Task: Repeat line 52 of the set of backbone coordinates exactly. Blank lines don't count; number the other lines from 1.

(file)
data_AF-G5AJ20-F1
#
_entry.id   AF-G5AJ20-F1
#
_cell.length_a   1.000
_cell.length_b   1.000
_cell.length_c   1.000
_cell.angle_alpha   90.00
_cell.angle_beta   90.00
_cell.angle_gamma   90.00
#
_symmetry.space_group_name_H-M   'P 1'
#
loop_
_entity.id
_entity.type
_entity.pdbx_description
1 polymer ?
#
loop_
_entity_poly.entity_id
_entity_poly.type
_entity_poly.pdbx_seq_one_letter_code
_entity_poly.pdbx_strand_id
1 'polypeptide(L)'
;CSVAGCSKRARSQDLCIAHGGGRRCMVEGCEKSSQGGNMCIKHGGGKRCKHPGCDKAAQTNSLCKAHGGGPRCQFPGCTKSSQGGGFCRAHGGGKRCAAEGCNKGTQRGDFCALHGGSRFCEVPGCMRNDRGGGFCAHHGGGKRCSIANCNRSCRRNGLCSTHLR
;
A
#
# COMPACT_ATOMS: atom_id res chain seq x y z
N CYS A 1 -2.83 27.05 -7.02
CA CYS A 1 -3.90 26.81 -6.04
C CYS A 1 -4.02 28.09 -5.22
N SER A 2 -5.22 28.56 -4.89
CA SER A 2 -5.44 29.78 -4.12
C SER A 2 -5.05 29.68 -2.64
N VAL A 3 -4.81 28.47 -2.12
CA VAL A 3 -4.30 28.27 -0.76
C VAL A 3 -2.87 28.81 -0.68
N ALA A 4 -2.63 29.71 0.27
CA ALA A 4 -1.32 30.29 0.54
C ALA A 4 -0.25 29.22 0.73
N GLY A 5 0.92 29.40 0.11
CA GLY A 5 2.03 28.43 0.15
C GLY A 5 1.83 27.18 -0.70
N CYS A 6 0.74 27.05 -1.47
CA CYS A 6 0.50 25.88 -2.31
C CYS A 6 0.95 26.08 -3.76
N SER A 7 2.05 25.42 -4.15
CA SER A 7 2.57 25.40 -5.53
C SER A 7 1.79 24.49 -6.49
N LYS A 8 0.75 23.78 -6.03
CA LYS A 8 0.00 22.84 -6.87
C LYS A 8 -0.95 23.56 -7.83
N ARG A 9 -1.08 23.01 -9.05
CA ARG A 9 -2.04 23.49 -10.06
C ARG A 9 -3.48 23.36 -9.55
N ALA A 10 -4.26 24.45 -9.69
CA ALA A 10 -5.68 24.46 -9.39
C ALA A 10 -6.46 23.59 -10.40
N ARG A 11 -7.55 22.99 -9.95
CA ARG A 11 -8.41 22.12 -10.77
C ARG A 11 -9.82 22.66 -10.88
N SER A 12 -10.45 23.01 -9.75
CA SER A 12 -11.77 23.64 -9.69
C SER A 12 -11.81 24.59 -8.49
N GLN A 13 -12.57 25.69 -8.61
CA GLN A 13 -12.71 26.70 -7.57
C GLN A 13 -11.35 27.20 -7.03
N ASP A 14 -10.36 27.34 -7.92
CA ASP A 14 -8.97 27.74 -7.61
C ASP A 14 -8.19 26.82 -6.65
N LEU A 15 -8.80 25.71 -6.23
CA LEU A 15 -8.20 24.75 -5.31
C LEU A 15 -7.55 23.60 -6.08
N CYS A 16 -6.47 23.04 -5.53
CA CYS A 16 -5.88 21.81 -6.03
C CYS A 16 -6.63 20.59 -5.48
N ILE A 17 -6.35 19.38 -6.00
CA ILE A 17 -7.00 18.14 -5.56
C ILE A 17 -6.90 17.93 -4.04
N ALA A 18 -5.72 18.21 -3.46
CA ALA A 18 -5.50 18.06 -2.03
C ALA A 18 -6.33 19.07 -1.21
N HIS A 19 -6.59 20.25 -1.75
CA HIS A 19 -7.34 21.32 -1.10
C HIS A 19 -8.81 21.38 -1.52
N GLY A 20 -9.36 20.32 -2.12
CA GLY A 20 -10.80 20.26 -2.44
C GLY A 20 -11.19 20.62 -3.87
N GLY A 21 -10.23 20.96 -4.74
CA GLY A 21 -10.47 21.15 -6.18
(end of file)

N LYS A 8 0.75 23.78 -6.03